The death toll for March increased to 65, and to 508 for February. In January, the deadliest month of the pandemic, there have been 1,446 fatalities logged. In December, the second deadliest month, there were 919 deaths reported.
In another development, Orange County Sheriff Don Barnes announced he will reopen visits at the county’s jails on Friday for the first time in a year. Barnes said the protocols he implemented to curb the spread of coronavirus in the jails have been successful.
“Today, we have two inmates who have tested positive for COVID-19,” Barnes said, adding that the height was 1,240 at the end of December.
“I’m also happy to report we’re going to reopen public visiting at the county jails. We’re going to open cautiously, on a scaled basis,” Barnes said.
Inmates will be able to get one visit per month initially, he said.
Also, the sheriff can now offer vaccines to all inmates. Previously, the county worked to inoculate seniors who were 65 and older.
Barnes said he would continue to oppose the American Civil Liberties Union’s efforts to compel the release of more inmates to help curb the spread of COVID-19, noting he has released 1,700 low-level offenders since the pandemic started.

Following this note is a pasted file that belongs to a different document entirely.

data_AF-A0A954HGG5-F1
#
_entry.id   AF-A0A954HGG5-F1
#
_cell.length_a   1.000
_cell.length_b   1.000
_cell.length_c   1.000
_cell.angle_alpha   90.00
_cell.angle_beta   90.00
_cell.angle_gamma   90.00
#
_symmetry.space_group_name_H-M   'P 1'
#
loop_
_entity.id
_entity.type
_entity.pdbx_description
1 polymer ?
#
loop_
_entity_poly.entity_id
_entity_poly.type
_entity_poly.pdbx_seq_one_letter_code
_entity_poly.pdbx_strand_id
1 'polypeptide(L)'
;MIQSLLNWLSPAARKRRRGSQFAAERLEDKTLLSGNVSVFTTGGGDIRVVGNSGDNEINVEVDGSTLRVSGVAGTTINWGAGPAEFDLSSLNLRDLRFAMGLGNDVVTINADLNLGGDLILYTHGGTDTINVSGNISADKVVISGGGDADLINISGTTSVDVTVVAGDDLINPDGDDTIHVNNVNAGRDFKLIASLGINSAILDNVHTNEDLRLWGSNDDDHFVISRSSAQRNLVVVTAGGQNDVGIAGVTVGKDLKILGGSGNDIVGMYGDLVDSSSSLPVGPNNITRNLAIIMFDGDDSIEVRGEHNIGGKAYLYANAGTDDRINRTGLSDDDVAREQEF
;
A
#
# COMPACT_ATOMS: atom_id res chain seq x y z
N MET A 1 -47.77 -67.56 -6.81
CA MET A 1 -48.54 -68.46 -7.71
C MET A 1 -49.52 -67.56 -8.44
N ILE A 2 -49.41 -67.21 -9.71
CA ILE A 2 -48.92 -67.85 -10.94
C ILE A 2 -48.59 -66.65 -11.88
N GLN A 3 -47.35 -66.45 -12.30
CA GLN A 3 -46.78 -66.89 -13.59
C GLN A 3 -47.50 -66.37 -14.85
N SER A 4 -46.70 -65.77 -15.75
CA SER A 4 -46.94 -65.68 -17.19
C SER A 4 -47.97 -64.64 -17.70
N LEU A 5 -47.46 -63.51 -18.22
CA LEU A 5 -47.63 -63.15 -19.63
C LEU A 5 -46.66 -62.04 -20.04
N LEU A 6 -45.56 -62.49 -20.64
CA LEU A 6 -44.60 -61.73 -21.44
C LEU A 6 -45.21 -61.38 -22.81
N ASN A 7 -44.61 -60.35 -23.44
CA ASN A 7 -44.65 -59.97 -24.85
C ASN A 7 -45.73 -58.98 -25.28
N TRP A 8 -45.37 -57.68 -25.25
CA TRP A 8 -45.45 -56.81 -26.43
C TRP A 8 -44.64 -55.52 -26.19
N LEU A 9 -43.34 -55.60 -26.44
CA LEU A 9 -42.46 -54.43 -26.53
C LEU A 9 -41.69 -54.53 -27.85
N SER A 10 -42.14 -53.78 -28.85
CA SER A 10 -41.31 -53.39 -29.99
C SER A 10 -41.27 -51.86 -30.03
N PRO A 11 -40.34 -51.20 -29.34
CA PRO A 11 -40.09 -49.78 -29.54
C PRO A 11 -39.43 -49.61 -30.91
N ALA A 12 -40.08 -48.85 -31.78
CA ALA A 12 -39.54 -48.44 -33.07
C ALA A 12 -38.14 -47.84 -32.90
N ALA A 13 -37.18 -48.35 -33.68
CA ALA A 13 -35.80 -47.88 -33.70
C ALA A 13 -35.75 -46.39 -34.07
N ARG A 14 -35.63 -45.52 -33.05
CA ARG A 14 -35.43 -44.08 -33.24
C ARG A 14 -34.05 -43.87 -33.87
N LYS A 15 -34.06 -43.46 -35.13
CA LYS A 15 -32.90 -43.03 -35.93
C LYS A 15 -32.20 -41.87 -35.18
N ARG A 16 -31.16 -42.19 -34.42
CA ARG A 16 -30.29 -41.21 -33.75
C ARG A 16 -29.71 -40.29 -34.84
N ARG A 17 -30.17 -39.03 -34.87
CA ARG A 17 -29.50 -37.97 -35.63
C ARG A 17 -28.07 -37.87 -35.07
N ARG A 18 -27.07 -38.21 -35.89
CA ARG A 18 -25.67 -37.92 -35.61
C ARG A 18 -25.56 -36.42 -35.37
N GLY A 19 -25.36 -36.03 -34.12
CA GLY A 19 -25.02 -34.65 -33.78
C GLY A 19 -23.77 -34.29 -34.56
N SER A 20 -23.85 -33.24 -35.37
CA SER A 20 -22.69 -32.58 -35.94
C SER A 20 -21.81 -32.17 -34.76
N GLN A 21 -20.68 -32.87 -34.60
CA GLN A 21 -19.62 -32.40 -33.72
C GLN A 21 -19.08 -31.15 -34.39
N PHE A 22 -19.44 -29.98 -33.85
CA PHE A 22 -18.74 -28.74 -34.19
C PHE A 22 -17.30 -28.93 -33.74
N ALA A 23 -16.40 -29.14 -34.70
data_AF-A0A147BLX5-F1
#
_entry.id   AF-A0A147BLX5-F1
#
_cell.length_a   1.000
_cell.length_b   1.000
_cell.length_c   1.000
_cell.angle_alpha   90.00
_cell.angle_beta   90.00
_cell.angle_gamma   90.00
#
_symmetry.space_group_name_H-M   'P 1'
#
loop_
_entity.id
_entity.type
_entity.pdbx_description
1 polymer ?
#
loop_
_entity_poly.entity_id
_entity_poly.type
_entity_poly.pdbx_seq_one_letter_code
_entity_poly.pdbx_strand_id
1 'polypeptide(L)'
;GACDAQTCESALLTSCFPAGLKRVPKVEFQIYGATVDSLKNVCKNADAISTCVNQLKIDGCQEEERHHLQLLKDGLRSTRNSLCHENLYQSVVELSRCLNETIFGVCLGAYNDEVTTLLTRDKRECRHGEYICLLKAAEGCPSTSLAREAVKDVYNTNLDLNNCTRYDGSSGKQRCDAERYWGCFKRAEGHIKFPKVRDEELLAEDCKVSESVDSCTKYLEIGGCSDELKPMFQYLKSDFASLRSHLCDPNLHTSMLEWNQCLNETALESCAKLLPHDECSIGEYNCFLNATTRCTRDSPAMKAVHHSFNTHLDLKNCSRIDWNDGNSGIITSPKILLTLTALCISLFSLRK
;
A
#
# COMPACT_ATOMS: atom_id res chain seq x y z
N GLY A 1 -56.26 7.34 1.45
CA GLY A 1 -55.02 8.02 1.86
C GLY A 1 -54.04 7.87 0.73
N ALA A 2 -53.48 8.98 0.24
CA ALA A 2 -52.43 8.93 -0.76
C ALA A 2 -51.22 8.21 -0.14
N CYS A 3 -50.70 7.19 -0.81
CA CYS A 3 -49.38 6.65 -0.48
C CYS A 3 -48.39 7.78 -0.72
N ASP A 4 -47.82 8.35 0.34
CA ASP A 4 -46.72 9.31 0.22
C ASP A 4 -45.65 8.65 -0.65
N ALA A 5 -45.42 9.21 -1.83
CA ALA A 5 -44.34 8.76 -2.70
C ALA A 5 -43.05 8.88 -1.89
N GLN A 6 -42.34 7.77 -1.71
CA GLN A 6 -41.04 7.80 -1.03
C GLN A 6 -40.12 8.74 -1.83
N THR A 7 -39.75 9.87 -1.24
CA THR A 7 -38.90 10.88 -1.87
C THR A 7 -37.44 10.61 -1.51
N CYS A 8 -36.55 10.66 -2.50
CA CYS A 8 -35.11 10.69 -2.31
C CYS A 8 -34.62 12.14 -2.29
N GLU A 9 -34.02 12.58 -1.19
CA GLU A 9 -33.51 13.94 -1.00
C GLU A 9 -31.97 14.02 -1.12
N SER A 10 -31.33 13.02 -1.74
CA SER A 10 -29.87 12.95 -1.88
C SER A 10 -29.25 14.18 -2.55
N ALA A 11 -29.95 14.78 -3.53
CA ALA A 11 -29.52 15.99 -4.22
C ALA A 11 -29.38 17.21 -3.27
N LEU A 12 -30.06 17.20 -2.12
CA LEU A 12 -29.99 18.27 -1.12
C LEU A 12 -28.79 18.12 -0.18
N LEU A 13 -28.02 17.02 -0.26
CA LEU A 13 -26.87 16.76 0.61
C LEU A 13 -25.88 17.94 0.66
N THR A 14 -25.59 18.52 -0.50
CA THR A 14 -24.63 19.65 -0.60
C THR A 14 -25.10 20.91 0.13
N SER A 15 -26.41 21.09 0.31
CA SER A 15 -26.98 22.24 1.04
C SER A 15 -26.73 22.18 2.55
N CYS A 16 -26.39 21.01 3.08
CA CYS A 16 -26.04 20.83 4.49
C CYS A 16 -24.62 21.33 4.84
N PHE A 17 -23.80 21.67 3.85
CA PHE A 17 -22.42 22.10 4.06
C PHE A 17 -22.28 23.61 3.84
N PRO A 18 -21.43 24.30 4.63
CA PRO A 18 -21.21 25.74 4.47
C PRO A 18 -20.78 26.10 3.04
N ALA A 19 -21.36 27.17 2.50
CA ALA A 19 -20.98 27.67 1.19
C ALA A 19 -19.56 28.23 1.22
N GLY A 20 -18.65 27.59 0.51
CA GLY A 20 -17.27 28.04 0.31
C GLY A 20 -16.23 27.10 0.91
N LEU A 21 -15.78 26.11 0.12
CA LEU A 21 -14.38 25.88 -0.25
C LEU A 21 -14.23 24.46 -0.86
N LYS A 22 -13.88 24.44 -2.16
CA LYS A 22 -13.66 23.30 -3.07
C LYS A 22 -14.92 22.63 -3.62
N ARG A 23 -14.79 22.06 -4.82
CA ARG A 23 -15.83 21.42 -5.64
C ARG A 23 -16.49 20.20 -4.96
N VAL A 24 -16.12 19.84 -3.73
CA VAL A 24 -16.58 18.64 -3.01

The sheriff said he will “continue to oppose (the ACLU’s) efforts… because I believe they represent a significant risk to the community if released.”
Orange County Supervisor Lisa Bartlett said it’s possible the county could move up to the orange tier sooner if the state relaxes its standard by meeting its goal of 4 million people inoculated in its health equity category statewide.
Bartlett also told City News Service Wednesday that the county’s allocation of vaccines will increase next week to 60,470.
Bartlett encouraged residents to continue with all of the health protocols such as wearing a face covering and social distancing as public health experts have sounded the alarms about a potential surge fueled by variants.
“We could be potentially getting a surge of COVID due to the variants, so that’s something we have to stay on top of,” Bartlett said.
Dr. Clayton Chau, director of the OCHCA and the county’s chief health officer, said the state has inoculated about 2.8 million people in the health equity category. The county estimates that 90% of its seniors have been inoculated, Chau said.